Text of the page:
Most such meetings were felicitous encounters, but late the night of June 17, 1841, two ornithologists bumped into each other in the worst possible way. As The Tablet reported, that afternoon
the Pollux, a new and very pretty steamer, left Civita-Vecchia with every promise of a most delightful passage to Leghorn. As evening closed in the daylight failed, but the night was pleasant, the sky serene and starry, the sea calm and smooth. These circumstances had fortunately induced many of the passengers to sleep on deck. About an hour before midnight, some one being still awake noticed a vessel approaching, and already so near as to cause alarm. It was some time before any one could be found to look to the danger — and when perceived, the vessel was only just turned with its broadside forward when the other vessel, also a steamer, ran into her amidships, with a shock that threatened instant destruction to both.
The Yorkshire naturalist, ornithologist, and taxidermist Charles Waterton was on board the Pollux with his sisters-in-law and young son:
it was evident that she had but a very little time to float. I found my family all around me; and having slipped on and inflated my life preserver, I entreated them to be cool and temperate, and they all obeyed me most implicitly. My little boy had gone down on his knees, and was praying fervently to the blessed Virgin to take us under her protection, while Miss Edmonstone kept crying out in a tone of deep anxiety, “Oh, save the precious boy, and never mind me!”
Waterton and his family, and indeed all but one of the passengers on the Pollux, were indeed rescued. Credit for averting total destruction went to — get this! — Charles Bonaparte, who just happened to be on the Mongibello when that ship so quickly sank the Pollux:
Had it not been for Prince Canino, Charles Buonaparte, it is more than probable not a single soul would have been saved. The Pollux would have been literally cut in two had he not had the paddles of the Mongibello reversed; the Mongibello could not have got the passengers to her deck in time had not he seized her helm, and brought her alongside the sinking vessel, which, within fifteen minutes after the first shock, had disappeared.
According to Waterton, his princely colleague’s ministrations continued even after the Mongibello and its shipwrecked passengers reached the harbor at Livorno:
Prince Canino pleaded our cause with uncommon fervor. He informed [the port officials] that we had had nothing to eat that morning…. He described the absolute state of nudity to which many of the sufferers had been reduced, he urged the total loss of our property, and he described in feeling terms the bruises and wounds which had been received at the collision…. The council of Leghorn relented, and graciously allowed us to go ashore.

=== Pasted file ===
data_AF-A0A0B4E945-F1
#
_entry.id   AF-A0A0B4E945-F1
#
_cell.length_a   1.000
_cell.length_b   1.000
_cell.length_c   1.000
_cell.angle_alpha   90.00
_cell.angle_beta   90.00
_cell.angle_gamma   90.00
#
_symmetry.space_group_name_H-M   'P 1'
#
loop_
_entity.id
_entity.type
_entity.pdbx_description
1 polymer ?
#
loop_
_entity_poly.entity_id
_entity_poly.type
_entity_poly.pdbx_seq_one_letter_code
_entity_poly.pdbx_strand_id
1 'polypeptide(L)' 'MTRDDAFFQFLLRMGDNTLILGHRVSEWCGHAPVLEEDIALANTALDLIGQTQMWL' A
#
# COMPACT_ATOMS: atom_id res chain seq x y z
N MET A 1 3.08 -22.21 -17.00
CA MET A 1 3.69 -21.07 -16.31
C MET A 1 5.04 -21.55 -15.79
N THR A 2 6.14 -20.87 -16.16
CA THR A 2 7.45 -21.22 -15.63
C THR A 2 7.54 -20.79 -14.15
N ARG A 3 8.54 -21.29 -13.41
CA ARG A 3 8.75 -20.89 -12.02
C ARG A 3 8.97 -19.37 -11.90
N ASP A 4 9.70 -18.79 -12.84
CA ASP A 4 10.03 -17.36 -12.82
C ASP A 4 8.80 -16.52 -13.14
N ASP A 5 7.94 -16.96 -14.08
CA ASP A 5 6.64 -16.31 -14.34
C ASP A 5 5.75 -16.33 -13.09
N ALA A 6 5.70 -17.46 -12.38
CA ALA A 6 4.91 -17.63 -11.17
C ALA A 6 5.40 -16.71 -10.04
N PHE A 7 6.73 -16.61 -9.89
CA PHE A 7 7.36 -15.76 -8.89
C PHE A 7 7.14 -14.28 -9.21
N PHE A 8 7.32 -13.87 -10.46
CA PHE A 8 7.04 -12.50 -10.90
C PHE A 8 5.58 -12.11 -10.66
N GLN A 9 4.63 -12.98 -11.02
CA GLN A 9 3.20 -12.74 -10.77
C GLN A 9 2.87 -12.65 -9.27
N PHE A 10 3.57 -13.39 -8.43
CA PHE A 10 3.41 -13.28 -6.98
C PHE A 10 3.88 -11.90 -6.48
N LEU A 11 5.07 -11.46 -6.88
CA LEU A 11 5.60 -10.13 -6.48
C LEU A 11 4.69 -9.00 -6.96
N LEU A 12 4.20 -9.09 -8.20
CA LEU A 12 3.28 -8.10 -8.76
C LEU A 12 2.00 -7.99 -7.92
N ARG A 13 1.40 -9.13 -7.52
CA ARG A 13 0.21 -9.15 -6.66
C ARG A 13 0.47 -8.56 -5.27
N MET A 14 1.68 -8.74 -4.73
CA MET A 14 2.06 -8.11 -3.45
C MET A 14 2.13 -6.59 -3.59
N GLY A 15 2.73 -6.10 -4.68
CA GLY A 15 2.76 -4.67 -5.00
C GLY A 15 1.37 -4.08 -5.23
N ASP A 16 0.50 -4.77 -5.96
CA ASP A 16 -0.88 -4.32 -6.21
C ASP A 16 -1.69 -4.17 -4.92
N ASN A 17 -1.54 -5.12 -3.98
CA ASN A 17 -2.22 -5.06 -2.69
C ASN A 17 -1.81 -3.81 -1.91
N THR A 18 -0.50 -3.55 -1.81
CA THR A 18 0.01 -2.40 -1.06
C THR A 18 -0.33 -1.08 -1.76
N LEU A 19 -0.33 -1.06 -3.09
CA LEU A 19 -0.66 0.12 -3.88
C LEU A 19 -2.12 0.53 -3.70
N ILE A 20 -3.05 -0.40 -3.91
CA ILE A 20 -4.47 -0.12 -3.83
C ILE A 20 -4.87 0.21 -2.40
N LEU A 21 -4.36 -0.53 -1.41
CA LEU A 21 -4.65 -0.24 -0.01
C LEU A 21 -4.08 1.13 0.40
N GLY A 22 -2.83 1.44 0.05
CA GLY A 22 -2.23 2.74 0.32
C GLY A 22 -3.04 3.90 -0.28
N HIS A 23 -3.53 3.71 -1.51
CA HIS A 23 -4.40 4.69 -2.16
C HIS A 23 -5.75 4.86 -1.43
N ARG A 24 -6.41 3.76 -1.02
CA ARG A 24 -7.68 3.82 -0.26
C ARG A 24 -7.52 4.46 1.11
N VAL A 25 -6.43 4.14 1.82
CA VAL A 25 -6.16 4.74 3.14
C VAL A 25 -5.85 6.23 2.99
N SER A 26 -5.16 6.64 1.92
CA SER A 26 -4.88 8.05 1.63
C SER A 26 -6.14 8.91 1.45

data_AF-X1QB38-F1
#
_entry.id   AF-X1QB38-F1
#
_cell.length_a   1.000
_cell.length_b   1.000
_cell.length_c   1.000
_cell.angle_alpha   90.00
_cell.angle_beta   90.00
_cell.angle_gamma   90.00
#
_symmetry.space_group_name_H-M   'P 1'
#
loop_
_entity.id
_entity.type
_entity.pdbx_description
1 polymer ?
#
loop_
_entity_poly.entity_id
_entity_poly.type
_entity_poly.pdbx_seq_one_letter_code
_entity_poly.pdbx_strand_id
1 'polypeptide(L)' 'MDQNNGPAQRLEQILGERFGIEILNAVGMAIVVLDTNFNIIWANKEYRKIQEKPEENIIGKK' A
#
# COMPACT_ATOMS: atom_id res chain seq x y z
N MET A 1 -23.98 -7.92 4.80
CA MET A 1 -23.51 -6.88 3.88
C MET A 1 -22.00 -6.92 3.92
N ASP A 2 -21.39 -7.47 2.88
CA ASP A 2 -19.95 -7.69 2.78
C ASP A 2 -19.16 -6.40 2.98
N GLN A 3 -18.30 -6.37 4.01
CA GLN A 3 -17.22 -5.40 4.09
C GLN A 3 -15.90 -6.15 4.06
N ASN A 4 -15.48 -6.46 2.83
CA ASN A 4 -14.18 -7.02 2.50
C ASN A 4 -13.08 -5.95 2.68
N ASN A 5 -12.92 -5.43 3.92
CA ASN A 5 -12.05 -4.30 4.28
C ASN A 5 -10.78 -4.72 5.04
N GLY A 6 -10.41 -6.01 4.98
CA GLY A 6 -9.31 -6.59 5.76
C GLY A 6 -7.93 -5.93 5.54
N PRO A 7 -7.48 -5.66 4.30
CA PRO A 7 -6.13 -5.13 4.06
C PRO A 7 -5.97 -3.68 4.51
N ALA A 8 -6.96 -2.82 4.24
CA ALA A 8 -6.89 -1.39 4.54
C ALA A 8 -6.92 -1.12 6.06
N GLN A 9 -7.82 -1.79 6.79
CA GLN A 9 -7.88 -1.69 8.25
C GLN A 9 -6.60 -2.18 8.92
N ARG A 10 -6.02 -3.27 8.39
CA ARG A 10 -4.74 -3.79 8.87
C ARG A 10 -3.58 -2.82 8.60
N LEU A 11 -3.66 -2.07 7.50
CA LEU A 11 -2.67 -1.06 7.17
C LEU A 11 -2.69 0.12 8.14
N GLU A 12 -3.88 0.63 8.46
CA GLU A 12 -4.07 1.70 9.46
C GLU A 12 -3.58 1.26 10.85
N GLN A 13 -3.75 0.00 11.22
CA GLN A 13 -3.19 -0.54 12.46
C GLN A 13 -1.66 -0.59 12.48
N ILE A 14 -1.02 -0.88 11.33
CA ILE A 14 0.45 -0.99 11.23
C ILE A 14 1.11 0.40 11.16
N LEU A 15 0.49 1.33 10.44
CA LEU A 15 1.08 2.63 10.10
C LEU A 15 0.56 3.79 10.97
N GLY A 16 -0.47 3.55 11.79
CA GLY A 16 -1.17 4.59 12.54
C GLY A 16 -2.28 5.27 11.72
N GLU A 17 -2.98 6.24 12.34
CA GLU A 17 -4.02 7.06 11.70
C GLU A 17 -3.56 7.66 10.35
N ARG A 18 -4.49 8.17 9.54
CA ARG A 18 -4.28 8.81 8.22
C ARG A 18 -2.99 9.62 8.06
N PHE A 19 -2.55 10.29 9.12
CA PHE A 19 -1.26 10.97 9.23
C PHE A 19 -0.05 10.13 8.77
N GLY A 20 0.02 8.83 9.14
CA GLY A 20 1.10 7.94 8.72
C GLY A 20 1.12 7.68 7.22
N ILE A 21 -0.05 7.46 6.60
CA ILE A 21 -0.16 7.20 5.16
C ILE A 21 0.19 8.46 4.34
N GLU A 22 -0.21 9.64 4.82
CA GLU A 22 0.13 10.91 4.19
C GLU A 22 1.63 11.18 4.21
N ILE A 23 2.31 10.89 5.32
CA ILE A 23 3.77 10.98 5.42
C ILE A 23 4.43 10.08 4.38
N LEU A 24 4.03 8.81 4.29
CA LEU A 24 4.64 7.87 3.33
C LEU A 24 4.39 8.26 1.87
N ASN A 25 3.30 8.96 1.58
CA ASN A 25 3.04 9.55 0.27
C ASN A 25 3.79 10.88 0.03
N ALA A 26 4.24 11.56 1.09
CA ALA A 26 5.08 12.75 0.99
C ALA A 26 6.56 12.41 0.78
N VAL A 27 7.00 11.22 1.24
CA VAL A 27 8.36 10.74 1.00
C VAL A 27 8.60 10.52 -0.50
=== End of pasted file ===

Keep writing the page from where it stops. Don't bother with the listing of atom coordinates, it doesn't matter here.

Waterton would never forget the bravery and generosity of the Franco-Italian ornithologist, and neither should we.
One of my favorite places and one of my favorite place names — but Sowbelly wasn’t especially Prius-friendly the other day after the snow. So we took just a quick, chilly walk into the top of the canyon before heading west.
It was quiet up there, a circumstance that only convinced me there were really great birds down lower; but it’s hard to complain about fences lined with mountain bluebirds and Brewer’s blackbirds.
A distant Pheucticus song was neatly identified when a male black-headed grosbeak flew in to investigate our presence; both species occur in spring on the Pine Ridge, and — confession time — I can’t consistently tell the songs apart, and these ears of mime don’t always pick up those chip notes at a distance.
We were hoping for Lewis’s — it’s just time for that species to arrive — but had to content ourselves with the even more stunning red-headed woodpeckers; the bird is common all across Nebraska, wherever there are trees or fence posts, but it’s still a bit disconcerting to see it against a background of shortgrass prairie and buttes.
And even more disconcerting to look down the fence and see a Cassin’s kingbird.
These no-longer-quite-so-southwestern tyrants breed in the upper canyon (and even farther north into Dakota, if I remember right), but I’d resigned myself to their late arrival when this one suddenly appeared. Who knows — this may have been the first of its species to make it to Nebraska this year. And it couldn’t have chosen a more beautiful place to land.